Have you been sleeping on Reed Sigmund?

A longtime actor at Children's Theatre Company, Sigmund has had a peerless summer and fall, first as a blunt toddler in Jungle Theater's world premiere of "Stinkers" and now as Amos Hart in Theater Latté Da's "Chicago." The hapless husband of scheming Roxie Hart, Amos is the only sincere person in a deeply cynical show. It's always been a great role (John C. Reilly was nominated for an Oscar for the 2002 movie), but it's elevated in Sigmund's sweetly sad performance, with his halting attempts at dancing as evidence that Amos does not fit in the acid-soaked world of "Chicago." It's a thrilling, moving performance, and with "Mister Cellophane," his big song about feeling like a nobody, Sigmund Stops. The. Show.

"Chicago" boasts many big numbers, something emphasized by Peter Rothstein's production, which imagines it as a series of vaudeville acts introduced by a rotating band of hosts who possess the empty pizazz of the emcee from another musical by John Kander and Fred Ebb, "Cabaret." There's also a resemblance to Stephen Sondheim's "Follies," which similarly tells its story through numbers that work as star turns while revealing important information about the characters' relationships.

Roxie Hart (Britta Ollmann) is an amoral chorine who discovers that — in Chicago's jazz age, as in the "Real Housewives" of today — talent is not a prerequisite for stardom. After she shoots her lover and is tossed in the slammer, she meets another killebrity named Velma Kelly (Michelle de Joya), whose infamy she steals (­singing, "Who says that murder's not an art?"), assisted by Kelly's smooth-talking lawyer, Billy Flynn (Robert O. Berdahl).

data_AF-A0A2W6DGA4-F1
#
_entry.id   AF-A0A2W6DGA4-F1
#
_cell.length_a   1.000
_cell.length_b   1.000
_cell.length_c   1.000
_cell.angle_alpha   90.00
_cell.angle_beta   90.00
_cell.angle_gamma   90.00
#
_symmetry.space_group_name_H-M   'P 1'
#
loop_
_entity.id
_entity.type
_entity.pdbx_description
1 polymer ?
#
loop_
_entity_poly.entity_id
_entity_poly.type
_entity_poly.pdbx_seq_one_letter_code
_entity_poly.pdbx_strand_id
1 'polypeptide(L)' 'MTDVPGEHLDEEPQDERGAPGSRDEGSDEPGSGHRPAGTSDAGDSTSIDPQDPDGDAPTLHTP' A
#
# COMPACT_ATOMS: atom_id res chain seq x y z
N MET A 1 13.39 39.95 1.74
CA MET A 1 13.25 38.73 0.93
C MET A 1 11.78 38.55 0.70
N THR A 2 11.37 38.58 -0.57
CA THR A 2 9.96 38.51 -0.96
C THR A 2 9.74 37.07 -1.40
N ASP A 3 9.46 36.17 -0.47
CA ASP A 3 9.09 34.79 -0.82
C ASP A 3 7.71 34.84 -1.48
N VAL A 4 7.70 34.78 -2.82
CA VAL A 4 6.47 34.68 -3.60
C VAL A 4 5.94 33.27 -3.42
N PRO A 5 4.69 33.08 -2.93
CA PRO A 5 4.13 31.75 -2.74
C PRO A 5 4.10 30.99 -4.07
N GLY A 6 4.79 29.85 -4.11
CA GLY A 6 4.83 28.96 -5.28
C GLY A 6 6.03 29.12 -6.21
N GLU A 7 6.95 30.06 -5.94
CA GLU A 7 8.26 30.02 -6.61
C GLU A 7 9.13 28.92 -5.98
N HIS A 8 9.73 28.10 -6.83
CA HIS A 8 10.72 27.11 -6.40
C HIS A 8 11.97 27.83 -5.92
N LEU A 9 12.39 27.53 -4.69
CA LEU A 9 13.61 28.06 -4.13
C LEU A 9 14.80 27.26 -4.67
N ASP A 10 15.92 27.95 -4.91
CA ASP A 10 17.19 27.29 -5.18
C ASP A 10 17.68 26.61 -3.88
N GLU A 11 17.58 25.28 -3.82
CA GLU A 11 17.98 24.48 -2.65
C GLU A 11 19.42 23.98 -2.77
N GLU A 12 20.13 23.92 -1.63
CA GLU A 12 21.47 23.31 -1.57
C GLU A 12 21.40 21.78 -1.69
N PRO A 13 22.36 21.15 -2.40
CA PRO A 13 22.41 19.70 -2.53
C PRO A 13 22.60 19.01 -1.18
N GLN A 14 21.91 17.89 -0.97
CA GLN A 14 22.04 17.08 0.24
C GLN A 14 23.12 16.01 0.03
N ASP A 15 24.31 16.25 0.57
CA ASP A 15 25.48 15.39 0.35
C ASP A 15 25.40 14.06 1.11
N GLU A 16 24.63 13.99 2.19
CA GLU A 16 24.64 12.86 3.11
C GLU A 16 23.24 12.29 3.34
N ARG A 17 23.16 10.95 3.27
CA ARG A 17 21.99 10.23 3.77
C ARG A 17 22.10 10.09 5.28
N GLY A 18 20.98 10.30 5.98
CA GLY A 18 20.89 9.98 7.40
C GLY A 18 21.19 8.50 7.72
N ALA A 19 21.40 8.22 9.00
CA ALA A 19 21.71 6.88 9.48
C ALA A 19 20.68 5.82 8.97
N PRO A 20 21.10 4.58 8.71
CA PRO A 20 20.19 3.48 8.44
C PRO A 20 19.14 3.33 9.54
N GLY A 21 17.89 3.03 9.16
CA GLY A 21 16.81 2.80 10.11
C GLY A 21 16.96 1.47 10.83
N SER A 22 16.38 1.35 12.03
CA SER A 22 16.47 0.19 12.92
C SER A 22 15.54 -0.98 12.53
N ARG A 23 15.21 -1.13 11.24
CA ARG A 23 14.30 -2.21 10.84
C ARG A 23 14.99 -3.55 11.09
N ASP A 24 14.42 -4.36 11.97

Latté Da often casts Ollmann as pure-hearted women, so it's fun to see her tackle different territory. The forthrightness that served her so well in "Once" and "Ragtime" creates an interesting element in Ollman's confident, sexy "Chicago" performance (so does Paul Bigot's spectacular Jean Harlow wig). We can see how Roxie might have gone a different way, and that's particularly helpful here because there's not as much contrast between Roxie and de Joya's surprisingly fresh-faced Velma as I'd like.

Berdahl plays Billy with panache; Regina Marie Williams makes for a sexy, Eartha Kitt-ish Matron "Mama" Morton; and the witty "Cell Block Tango" kills. Because of the movie and countless tour visits, "Chicago" is quite familiar, but Rothstein has made it urgent with a production that, while set in the Roaring '20s, has a whisper of "Nowadays," as one song title insists. The connection between the show's characters and the famous-for-being-famous Kardashians is unmissable, and Eli Sherlock's handsome set pushes the actors out into the audience, making us complicit in the creation of these vacuous celebrities.

At the end of the show, the large cast promenades into the audience, holding mirrors. You may think the narcissistic fame-seekers, all wearing costume designer Alice Fredrickson's underwear as outerwear, are planning to gaze at themselves. Instead, they remind the audience who it is who ultimately decides these things, because they don't look into the mirrors. They hold them up to us.


Who: Music by John Kander. Lyrics by Fred Ebb. Book by Ebb and Bob Fosse. Directed by Peter Rothstein.

When: 7:30 Wed.-Fri., 2 p.m. and 7:30 p.m. Sat., 2 p.m. Sun. Ends Nov. 3.

Where: Ritz Theater, 345 13th Av. NE., Mpls.

Tickets: $33-$113, 612-339-3003 or latteda.org.